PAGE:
Andrea Dworkin is still misunderstood. To quote Gloria Steinem, "Hardly anybody is as misunderstood as Andrea." But now, a new anthology of her work aims to put the incendiary ideas that Dworkin became known for — her antipornography activism, her own history of sex work, the untrue claim that she said "all sex is rape" — within the context of her entire body of written work. Last Days at Hot Slit: The Radical Feminism of Andrea Dworkin, edited by Johanna Fateman and Amy Scholder, and out from Semiotext(e) in March, is a collection of excerpts from Dworkin’s letters, speeches, nonfiction, and novels. And it’s a book that a new generation of feminists should want to get their hands on.
Titled after the original working title of the manuscript that would ultimately become Dworkin’s first book, Woman Hating, Last Days at Hot Slit presents readers with chronological, bite-sized bits of Dworkin — winnowing down her inflammatory ideas, difficult content, and relentlessly explicit language into easily digestible snapshots that paint a comprehensive portrait of everything Dworkin was.
Moving beyond the nonfiction that Dworkin is most known for, Last Days at Hot Slit shows the Dworkin who wrote to her parents — seeking understanding, approval, and sometimes money. It recognizes Dworkin as a fiction writer in a way that hasn’t been done before. It charts the evolution of a feminist writer and thinker who was so much more than the sometimes-accurate ideas attributed to her. It celebrates, as Fateman writes in the introduction to Last Days at Hot Slit, the “apocalyptic, middle-finger appeal of her prose.” If you misunderstand Dworkin after reading this anthology, you’re not trying.
Because that’s the thing about Andrea Dworkin — not only is she the most misunderstood feminist writer, activist, and icon, she’s also the most willfully misunderstood. She was one of the first feminist writers to write openly about her own experiences of rape, domestic violence, and sex work; she was an early intersectionalist; she was a feminist unafraid to toe the line of misandry — though, in my opinion, she never crossed it. There is no easier way to dismiss Dworkin and her radical ideas than to make sure that the misunderstanding of her ideas overshadows the legacy of her ideas themselves. (Is Dworkin ever invoked without the necessary caveat that she never actually said “all sex is rape”?)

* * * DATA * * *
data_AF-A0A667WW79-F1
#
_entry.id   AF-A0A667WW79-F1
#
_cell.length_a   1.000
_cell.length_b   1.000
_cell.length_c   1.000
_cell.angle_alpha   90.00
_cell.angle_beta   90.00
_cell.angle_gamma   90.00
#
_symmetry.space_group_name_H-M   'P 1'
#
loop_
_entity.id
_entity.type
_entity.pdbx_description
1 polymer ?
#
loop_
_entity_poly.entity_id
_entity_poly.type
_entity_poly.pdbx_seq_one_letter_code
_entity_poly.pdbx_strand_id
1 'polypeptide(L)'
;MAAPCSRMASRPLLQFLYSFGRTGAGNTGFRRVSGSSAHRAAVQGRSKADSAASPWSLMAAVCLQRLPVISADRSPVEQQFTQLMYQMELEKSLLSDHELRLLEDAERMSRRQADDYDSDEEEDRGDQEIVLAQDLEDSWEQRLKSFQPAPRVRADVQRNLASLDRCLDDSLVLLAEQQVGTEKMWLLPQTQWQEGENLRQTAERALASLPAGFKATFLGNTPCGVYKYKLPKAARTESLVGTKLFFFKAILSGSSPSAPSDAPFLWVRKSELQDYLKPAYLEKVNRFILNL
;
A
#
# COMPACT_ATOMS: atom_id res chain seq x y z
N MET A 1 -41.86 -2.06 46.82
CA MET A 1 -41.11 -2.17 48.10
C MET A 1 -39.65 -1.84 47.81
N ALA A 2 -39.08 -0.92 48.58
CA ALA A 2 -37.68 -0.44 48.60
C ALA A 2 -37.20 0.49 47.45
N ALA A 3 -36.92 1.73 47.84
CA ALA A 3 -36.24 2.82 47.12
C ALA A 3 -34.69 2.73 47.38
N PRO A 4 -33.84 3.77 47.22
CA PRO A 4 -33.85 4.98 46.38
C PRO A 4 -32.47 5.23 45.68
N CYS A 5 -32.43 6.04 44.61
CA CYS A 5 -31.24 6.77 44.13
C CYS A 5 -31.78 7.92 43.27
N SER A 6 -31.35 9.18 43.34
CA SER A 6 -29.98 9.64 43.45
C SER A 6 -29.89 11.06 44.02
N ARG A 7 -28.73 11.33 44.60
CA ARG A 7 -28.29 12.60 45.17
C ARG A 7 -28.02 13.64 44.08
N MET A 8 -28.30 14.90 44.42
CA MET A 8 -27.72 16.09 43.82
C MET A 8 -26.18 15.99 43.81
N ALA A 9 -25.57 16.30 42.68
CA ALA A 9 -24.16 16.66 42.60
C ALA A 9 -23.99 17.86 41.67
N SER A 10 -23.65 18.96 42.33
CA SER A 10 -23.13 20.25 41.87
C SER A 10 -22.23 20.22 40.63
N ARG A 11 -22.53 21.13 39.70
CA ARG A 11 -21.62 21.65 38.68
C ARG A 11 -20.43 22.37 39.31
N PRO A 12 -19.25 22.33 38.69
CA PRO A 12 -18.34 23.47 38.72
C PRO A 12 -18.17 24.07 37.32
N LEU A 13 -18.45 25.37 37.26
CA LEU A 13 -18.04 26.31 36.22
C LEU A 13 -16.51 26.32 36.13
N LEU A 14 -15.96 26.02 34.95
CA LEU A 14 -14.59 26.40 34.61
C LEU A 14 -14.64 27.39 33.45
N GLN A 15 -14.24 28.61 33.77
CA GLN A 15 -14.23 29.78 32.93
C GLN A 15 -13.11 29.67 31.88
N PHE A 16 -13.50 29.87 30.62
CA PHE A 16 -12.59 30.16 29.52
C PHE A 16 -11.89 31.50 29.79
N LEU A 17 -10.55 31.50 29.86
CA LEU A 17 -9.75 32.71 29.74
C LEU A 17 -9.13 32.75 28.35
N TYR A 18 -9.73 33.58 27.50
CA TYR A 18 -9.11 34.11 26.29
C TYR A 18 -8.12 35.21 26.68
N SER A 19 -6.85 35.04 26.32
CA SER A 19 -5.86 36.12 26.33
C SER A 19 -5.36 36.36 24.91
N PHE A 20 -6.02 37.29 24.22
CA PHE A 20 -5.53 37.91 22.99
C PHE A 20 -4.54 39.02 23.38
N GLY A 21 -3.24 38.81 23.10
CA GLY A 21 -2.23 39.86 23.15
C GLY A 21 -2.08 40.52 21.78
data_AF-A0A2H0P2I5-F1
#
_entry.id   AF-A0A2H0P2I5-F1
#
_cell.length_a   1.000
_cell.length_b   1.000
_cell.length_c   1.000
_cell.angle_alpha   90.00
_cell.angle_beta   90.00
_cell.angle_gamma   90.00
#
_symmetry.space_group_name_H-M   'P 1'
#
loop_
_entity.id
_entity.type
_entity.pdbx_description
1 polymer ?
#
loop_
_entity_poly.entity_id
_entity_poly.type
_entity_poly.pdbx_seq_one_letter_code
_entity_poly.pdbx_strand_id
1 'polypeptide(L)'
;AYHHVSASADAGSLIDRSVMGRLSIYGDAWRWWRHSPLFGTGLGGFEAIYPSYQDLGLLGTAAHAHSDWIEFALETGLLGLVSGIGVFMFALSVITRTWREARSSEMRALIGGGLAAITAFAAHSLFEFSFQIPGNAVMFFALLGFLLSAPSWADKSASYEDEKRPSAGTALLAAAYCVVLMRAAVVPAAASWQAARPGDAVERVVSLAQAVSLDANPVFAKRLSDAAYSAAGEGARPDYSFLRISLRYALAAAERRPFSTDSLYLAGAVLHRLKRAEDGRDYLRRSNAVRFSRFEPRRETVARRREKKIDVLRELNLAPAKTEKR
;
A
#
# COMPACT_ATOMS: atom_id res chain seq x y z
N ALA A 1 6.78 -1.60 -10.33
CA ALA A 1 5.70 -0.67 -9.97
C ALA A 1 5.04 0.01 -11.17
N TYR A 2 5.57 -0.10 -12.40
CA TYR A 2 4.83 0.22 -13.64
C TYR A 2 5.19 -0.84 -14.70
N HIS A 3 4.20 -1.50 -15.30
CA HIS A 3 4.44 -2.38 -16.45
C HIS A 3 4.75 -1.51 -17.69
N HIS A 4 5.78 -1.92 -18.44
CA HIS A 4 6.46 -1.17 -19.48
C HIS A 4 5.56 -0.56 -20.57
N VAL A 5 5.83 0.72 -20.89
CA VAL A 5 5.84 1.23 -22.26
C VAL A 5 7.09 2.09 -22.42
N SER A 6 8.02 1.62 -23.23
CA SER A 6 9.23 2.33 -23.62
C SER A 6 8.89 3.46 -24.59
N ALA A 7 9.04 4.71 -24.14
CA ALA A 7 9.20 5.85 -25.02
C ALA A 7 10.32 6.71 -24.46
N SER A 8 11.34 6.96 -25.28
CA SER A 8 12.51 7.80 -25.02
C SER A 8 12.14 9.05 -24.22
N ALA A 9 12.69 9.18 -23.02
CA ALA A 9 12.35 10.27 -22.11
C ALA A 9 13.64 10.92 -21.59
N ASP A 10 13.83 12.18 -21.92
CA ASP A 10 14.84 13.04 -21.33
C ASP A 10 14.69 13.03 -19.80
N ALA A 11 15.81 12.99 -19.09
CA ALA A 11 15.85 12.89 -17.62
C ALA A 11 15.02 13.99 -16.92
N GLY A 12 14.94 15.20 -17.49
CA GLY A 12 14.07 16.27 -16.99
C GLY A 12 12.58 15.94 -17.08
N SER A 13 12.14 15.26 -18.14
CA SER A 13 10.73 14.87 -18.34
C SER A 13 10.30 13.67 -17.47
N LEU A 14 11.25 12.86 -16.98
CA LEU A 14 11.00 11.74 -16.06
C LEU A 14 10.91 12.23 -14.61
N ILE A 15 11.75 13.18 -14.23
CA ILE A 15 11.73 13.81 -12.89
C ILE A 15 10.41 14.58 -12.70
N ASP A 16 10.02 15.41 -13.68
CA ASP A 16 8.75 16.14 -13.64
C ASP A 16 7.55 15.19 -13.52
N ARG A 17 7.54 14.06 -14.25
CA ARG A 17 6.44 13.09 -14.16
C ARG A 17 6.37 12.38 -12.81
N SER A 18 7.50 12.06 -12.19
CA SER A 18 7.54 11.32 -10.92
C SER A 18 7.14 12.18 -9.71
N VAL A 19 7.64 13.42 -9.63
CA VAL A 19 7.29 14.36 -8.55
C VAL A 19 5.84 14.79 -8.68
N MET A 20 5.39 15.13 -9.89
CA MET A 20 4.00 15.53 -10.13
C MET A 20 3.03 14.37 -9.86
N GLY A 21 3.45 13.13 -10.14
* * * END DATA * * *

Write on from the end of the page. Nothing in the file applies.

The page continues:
Most certainly, her anti-porn, anti-prostitution stances, as well as her surprising alignment with the political Right — in those two, specific instances — pit her against the third wave feminists who were focused on sexual liberation and the ever-raging war on accessible contraception and legal abortion. Yes, much of her writing on sex was predicated on the belief that within the construct of a patriarchal society, heterosexual sex required some amount of subjugation, and often a woman’s complicity in her own. But when you examine Dworkin’s criticism as she wrote it — of a patriarchy more powerful than the individual men who populate it — her core ideas are hard to argue with. Perhaps in an era when a man is less a prerequisite for a woman’s sexual satisfaction than ever before, Dworkin’s writing is more threatening to the patriarchy than ever.
The overarching theme of critiques of Dworkin (that she was a “man-hater”), whether they come from men, women, or even fellow feminists — and very often, especially in her lifetime, they came from fellow feminists — are themselves rooted in patriarchal constructs. Perhaps nothing indicates the insidious dominance of the patriarchy more than the idea that, while misogyny is a core implication of the patriarchy, misandry is simply a step to far for feminism.
Yet, Dworkin was not a man-hater, no matter how history would like to minimize her. She was a woman whose rage was, likely, too much for her generation to handle. It’s a rage I like to think my own generation of feminists is ready, willing, and able to take on (and we are, aren’t we?). And finally, Last Days at Hot Slit presents Dworkin as the furious, depressed, inquisitive, dare I say optimist, who she was. “Just as it was her curse to see the seed of genocide in everything — the calamity waiting in every expression and symbol of inequality, however small or private —" writes Fateman, in the anthology, “it was her gift to see in everything the opportunity to resist.”